Between Friday night and Sunday morning, 1,492 migrants arrived on the coast of the Canary Islands, the Spanish archipelago off the west African coast. Local emergency services made the announcement on Sunday via X, formerly Twitter. Exactly 321 of them arrived on the same ship, a record number.
The previous record dates back to October 3, when 280 people arrived on the same boat. An emergency services spokesman explained to Agence France-Presse that the migrants come from sub-Saharan African countries.
According to the latest figures issued by the Spanish Ministry of the Interior, 23,537 migrants arrived in the Canary Islands from January 1 to October 15 this year. This represents an 80 percent increase compared to the same period in 2022. During the first two weeks of October alone, 8,561 people participated. The last time there were this many in such a short period of time was during the previous migration peak in 2006.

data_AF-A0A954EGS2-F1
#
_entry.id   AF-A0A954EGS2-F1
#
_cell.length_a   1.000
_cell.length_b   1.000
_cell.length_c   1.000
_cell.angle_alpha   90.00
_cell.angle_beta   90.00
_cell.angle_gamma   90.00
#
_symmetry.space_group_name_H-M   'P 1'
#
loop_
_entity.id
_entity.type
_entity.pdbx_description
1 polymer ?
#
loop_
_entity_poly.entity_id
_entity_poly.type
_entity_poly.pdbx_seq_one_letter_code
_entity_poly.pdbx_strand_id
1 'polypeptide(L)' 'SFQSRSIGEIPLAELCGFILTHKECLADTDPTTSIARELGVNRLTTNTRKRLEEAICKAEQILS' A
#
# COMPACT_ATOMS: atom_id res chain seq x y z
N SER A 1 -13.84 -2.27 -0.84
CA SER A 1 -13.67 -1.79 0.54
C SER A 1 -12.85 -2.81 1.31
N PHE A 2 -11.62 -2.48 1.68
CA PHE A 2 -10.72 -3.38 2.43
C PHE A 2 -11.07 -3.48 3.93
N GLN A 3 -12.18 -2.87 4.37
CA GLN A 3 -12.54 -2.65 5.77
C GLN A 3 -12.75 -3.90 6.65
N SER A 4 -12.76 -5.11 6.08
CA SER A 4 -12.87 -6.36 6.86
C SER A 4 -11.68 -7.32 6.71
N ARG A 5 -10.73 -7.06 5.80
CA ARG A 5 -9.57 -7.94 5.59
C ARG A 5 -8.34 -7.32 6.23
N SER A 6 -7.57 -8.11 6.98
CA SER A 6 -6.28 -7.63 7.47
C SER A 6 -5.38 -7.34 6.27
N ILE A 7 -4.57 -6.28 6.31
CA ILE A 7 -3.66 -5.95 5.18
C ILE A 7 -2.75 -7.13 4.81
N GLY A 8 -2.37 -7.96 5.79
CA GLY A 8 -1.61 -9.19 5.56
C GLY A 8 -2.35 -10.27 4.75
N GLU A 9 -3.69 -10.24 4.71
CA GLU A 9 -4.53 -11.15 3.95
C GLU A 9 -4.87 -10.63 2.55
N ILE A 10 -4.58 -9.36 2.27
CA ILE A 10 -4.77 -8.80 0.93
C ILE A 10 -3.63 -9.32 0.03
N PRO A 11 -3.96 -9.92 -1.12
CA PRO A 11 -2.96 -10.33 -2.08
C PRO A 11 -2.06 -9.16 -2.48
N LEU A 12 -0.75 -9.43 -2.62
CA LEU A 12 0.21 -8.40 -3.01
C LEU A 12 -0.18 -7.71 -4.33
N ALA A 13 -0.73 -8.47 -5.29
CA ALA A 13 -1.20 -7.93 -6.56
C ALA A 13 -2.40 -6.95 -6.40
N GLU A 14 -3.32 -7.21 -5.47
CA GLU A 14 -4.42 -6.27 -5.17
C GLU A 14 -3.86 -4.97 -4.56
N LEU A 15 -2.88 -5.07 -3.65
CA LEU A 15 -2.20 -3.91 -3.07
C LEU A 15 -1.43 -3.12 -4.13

According to Interior Minister Fernando Grande-Marlaska, who visited the archipelago last week, the current increase is linked to what he called “destabilization of the Sahel region.” The fact that migrants want to reach Europe via the Canary Islands also appears to be a result of stricter controls in the Mediterranean.
However, shipwrecks regularly occur during long and dangerous crossings on small boats from Morocco or Western Sahara, about a hundred kilometers away, but also from Mauritania, Senegal and even Gambia, about a thousand kilometers away.
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